2010 Dodge Nitro

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Review: 2007 Dodge Nitro

This 2007 review is representative of model years 2007 to 2011.
By Dan Jedlicka of MSN Autos
Rating: 7

Bottom Line:

Nicely sized new SUV with good utility and typical aggressive Dodge styling.
Pros:
  • Bulldog look
  • Roomy
  • Comfortable
Cons:
  • Average highway performance with smaller V6
  • So-so fuel economy
  • High step-in

Some might call the tough-looking new Dodge Nitro a crossover vehicle because of such things as its car-like feel and trim exterior dimensions, but it's a pure SUV based on the softer-looking Jeep Liberty.

Generally, most guys might tend to get a Nitro, while the majority of gals might go for the Liberty.

Dodge dealers probably threw a party when the Nitro was introduced because it finally gives them a midsize SUV that is smaller and more fuel-thrifty than the Dodge Durango SUV.

Not a Fuel Champ
Not that the Nitro is all that fuel-thrifty in these fuel-conscious times, considering it has rather small exterior dimensions for a midsize SUV. That's partly why it has no third-row seat, although its tidy dimensions allow easy maneuvering in traffic and tight quarters.

Estimated Nitro fuel economy varies with its engine and drive setup and ranges from 17-18 mpg in the city to 21-24 mpg on the highway. The Nitro weighs approximately 4,000 pounds, so sparkling fuel economy shouldn't be expected.

The Nitro's squared-off styling provides good room for four tall adults, or five in a pinch, besides a large cargo area.

Nitro list prices range from $19,225 to $26,970. The entry version is the SXT, which comes with rear-wheel drive or part- or full-time 4-wheel drive. The midrange SLT has rear-wheel drive and also part- or full-time all-wheel drive. The top-line R/T has the same drive setups as the SXT and SLT.

Two Engines
The Nitro is sold with a 3.7-liter V6 with 210 horsepower or with a 4.0-liter V6 that produces 255 horsepower and considerably more torque. The 4.0-liter engine is standard for the R/T.

The 3.7 only needs 87-octane fuel. The 4.0-liter engine can use 87-octane, but Dodge recommends 89-octane gasoline for the best performance.

Various Transmissions
The two engines work with various transmissions. The SXT has a standard 6-speed manual gearbox or $825 4-speed automatic, which has a notchy shift gate. The SLT comes only with the 4-speed automatic, and the 4.0-liter V6 mates only with a more modern 5-speed automatic.

The Nitro can tow up to 5,000 pounds with the 4.0-liter V6 and a trailer tow package.

The SXT is fairly well-equipped, with front bucket seats, console, air conditioning, tilt wheel, AM/FM/CD/MP3 player, fold-flat front passenger seat and split-folding rear seat, rear wiper/washer and power windows, mirrors and door locks with remote keyless entry.

Controversial Cargo Tray
The SLT adds cruise control, power driver seat, power/heated foldaway outside mirrors, larger 17-inch (vs. 16-inch) alloy wheels, fog lights and a cargo tray that slides 18 inches rearward and can hold up to 400 pounds.

I'm no fan of that tray. For one thing, it raises the cargo floor height. For another, it doesn't affect general loading and unloading much, although it can be used as a temporary table. The tray is one of those items that helps sell a vehicle in a showroom but ends up seldom being used by most folks, who must put up with its disadvantages.

Line Star
The R/T, which starts at $25,310 with rear-wheel drive, is the star of the Nitro line. Along with its larger engine and superior automatic, it has a sport suspension and big 20-inch chrome alloy wheels, which wear wide 50-series tires.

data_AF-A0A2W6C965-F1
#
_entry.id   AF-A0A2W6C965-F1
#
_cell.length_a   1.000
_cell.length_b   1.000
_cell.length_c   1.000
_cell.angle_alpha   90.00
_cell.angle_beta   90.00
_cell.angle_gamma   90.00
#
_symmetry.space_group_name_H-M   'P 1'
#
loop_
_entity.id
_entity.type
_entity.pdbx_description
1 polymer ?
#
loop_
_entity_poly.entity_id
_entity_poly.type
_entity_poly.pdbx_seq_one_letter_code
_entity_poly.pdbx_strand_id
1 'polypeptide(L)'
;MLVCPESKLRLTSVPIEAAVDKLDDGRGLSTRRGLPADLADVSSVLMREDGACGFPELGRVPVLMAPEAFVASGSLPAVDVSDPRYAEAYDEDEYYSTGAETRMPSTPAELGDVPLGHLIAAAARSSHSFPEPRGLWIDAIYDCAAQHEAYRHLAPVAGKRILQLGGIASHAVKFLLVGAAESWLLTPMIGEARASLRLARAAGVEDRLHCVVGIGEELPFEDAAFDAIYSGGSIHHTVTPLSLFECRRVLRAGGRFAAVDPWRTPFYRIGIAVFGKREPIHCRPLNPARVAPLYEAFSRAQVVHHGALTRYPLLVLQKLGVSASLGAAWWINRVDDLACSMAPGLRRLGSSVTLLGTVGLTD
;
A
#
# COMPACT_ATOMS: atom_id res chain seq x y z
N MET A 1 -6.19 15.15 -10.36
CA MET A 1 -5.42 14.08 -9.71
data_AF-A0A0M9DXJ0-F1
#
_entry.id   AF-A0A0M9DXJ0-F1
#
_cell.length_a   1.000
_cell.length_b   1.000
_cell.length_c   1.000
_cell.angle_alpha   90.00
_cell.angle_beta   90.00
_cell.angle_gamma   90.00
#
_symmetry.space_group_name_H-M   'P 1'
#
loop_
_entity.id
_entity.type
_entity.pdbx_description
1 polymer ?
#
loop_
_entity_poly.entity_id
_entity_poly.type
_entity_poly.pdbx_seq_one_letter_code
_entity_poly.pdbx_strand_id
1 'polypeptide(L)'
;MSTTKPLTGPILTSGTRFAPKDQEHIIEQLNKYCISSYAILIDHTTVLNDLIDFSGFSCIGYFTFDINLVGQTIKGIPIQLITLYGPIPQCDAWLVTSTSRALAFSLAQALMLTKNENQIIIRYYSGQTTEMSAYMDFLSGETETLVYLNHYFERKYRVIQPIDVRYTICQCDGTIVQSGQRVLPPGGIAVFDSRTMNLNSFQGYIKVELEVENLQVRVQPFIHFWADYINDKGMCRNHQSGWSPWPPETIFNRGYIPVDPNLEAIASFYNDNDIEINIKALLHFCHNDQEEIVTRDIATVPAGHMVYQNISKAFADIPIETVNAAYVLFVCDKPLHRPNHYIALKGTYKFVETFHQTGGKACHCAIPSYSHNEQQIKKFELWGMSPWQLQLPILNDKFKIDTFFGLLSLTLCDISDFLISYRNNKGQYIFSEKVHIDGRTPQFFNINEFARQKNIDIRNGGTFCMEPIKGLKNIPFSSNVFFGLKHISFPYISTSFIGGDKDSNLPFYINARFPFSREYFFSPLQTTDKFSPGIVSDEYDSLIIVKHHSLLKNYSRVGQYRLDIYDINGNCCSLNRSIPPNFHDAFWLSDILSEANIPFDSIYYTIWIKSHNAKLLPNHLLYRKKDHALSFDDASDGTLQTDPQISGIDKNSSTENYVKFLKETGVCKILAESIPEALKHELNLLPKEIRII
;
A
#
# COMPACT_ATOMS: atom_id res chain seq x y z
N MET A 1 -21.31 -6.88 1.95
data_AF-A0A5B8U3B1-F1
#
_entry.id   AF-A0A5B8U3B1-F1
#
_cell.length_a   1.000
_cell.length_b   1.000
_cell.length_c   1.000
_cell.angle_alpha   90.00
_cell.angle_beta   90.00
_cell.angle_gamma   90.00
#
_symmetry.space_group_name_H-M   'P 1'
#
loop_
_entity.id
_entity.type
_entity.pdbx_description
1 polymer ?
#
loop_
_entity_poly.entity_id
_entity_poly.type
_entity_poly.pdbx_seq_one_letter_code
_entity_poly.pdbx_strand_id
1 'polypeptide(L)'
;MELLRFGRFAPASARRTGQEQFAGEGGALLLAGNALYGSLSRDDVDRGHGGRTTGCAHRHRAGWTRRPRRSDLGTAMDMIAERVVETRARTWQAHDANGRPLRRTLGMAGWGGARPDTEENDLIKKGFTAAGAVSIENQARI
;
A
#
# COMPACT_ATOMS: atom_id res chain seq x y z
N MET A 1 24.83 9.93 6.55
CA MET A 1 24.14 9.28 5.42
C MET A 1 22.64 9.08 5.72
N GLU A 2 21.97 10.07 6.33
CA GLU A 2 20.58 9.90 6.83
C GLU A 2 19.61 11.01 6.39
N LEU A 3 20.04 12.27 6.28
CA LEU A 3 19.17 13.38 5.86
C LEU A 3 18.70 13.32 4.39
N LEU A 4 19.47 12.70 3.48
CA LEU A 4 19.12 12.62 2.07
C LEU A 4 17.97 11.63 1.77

Safety Items
Regarding safety features, all Nitros have traction control, anti-skid and roll-mitigation systems, tire-pressure indicator, anti-lock disc brakes and side-curtain airbags.

Among the many options are an $850 power sunroof, $730 leather upholstery (with heated front seats) for the R/T, $1,250 DVD entertainment system and $195 satellite radio.

The $395 running boards are a good idea because the Nitro floor is rather high and thus calls for extra effort to get in.

The 3.7 V6 provides lively in-town acceleration, but ho-hum 65-75 mph passing times. The 4.0-liter engine provides stronger highway performance.

Decent Handling
The Nitro wouldn't be much fun on a race track, but has almost car-like handling on roads. It also has a comfortable ride—although the ride of the SXT and SLT occasionally gets rather bouncy. The nicely weighted steering is accurate, and the brakes work fine, with decent pedal feel.

Outside door handles have pushbutton operation, which some will like and others will find bothersome. (Put me in the latter camp.) Inside door handles are more stylish than practical.

Front cupholders are nicely placed in the console, but rear cupholders are put near the floor behind the front seats; they thus require an awkward reach, especially for passengers with shorter arms.

High Seating
No matter what their height, occupants sit high in the quiet interior. Front seats provide good side support in curves. Gauges can be easily read, and the climate system has large controls. The audio system has a mixture of small and large controls.

The small storage area atop the dashboard can be handy for holding tollway change and such, but has no cover to prevent objects in it from falling out during sudden stops. The glove compartment is small, but the center console bin is deep.

Large Cargo Area
Rear seatbacks can be flipped forward to sit flat and enlarge the generous cargo area, which has a tall, wide opening. And that flip-forward front passenger seatback allows tall extra-objects to be carried.

The Nitro should be a success, with its standout appearance, general performance and versatility. Despite the rush to crossover vehicles, it shows that midsize SUVs can be appealing.

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BB01 - 7/30/2014 12:26:20 AM